Rift appears to widen between two women’s pro hockey groups

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Hockey Hall of Fame member Angela James opened what could become a widening rift between North America’s top two women’s professional hockey organizations on the eve of joining the new ownership group of the Premier Hockey Federation’s Toronto Six.

Days before the PHF officially announced the sale on Monday, James posted a lengthy note on a Facebook group page in which she accused the Professional Women’s Hockey Players’ Association of stunting the sport’s development because of its refusal to join forces. Her message drew more attention when Six player Saroya Tinker re-posted it on her Twitter account.

“Right now, I’m so disappointed in the PWHPA. Who’s interests are you protecting?” James wrote.

“Why can’t you work out these differences instead of suppressing and handcuffing the elite women’s athletes in the progress of the pro game already made,” she added. “Women’s hockey is bigger than the PHF and the PWHPA, together we can make history.”

James, a Six assistant coach this season, said she was speaking on her own and did not note she was part of the group buying the Toronto franchise. The ownership group also includes former NHL coach Ted Nolan, former NHL player Anthony Stewart and Bernice Carnegie, co-chair of the Carnegie Initiative, which was established to promote inclusiveness in hockey.

James’ criticism drew a response from PWHPA adviser Liz Knox. Without referencing James, Knox tweeted Sunday that “management, coaches, front office (etc) speaking on behalf of players’ experience instead of supporting the true voice of the players is exactly why the PWHPA was formed.”

The back and forth overshadowed the Six’s sale to a group hailed for its diversity.

James is the only Black player to captain Canada’s national team. Nolan, the NHL’s coach of the year with the 1996-97 Buffalo Sabres, is a member of the First Nation’s Ojibwe tribe. Stewart, whose father is from Jamaica, is chair of Hockey Equality.

The group purchased the team from BTM Partners, which established the Six as an expansion franchise two years ago.

The PHF, formerly known as the National Women’s Hockey League before rebranding last summer, is North America’s lone professional women’s hockey league, established in 2015. The PHF plans to expand from six to eight teams, provide health care and also more than double its salary cap to $750,000 per team next season.

The PWHPA membership is made up of a majority of U.S. and Canadian national team players. It was formed in May 2019 following the demise of the Canadian Women’s Hockey League.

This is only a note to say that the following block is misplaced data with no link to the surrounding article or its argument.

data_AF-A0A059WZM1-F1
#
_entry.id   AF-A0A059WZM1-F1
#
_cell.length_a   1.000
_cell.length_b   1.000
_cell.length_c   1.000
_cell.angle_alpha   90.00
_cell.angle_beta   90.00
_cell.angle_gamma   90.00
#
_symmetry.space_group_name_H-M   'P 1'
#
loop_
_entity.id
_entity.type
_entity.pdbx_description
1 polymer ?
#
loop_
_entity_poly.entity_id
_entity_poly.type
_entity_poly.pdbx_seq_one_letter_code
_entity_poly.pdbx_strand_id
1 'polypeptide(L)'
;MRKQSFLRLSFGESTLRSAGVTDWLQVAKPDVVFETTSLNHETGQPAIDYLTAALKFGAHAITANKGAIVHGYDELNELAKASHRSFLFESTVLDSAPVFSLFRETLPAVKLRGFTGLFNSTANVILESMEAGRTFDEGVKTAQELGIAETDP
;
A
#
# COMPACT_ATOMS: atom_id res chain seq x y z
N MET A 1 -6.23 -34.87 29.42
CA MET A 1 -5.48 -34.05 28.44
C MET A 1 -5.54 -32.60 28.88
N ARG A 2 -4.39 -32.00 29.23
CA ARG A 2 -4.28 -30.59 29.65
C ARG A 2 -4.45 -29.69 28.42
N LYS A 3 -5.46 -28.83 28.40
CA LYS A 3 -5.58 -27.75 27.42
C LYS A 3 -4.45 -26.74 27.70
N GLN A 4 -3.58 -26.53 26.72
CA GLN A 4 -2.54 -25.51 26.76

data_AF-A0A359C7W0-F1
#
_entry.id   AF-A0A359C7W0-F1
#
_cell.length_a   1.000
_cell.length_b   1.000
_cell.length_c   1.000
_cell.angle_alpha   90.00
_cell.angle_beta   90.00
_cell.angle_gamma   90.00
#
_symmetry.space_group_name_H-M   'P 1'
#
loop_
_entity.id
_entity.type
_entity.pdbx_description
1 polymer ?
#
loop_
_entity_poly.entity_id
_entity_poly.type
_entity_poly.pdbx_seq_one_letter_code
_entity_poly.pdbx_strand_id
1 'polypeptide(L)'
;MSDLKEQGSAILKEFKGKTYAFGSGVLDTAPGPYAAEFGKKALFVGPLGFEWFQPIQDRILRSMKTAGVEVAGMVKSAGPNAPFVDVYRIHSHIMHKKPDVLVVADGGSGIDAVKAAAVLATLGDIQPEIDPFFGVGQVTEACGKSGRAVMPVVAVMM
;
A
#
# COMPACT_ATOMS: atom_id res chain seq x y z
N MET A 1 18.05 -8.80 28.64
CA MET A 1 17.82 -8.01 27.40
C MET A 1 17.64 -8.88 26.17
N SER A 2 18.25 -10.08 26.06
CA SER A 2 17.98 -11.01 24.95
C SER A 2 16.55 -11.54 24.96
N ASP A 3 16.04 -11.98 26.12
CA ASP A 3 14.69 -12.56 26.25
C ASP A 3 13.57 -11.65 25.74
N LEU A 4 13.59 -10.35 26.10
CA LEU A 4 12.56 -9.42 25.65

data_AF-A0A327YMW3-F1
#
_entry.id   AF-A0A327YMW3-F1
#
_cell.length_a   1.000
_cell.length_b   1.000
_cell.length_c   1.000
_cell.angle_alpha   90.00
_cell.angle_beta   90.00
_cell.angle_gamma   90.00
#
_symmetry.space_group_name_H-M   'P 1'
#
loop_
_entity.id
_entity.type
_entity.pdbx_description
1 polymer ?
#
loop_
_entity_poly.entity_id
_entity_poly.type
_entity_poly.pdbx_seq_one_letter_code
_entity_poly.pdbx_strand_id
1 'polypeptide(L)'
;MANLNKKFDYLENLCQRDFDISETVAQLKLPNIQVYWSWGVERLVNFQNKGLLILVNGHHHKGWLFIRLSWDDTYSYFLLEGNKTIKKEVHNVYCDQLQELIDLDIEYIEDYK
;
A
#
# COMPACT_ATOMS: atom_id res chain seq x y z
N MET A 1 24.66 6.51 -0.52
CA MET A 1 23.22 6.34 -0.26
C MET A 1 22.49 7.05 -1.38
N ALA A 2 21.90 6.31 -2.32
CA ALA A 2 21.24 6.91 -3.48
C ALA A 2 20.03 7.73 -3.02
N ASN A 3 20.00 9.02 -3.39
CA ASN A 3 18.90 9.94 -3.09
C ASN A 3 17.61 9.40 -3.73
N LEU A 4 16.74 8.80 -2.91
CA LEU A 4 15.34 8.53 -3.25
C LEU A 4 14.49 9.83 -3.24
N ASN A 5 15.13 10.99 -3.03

The organizations have been at odds ever since, with PWHPA members balking at playing for the then-NWHL because of differences with former commissioner and founder Dani Rylan Kearney’s management style. Concerns also were raised over the private-investor-backed league’s financial shortfalls. The league slashed players’ salaries by more than half a month into its second season and was criticized for not always reimbursing players’ travel and meal expenses.

The PWHPA instead pushed for forming a league with what it called a sustainable economic model with more robust support for players.

Signs of the PWHPA closing in on its objective became apparent the past two weeks with talks intensifying with select NHL teams and major corporate sponsors to form a league within the next year.

The PHF, meantime, has spent the past two years transforming itself in a series of moves. It has revamped its business model, its teams are now independently owned and the league is headed by a board of governors.

And yet, questions remain after Commissioner Ty Tumminia cited personal reasons behind her decision to step down after this season after overseeing much of the PHF’s transformation. Her departure also coincides with the sale of the Six, with whom Tumminia first joined the league as the franchise’s chairwoman.

James questioned what more the PHF must do to meet the PWHPA’s demands, citing the $25 million league owners are committing over the next three year to increase salaries, add health care and improve infrastructure.

“They have already agreed to everything on the PWHPA’s wish list to my knowledge and still not good enough,” James wrote. “How about combining your resources for the better of the game, and everyone set aside their egos?”

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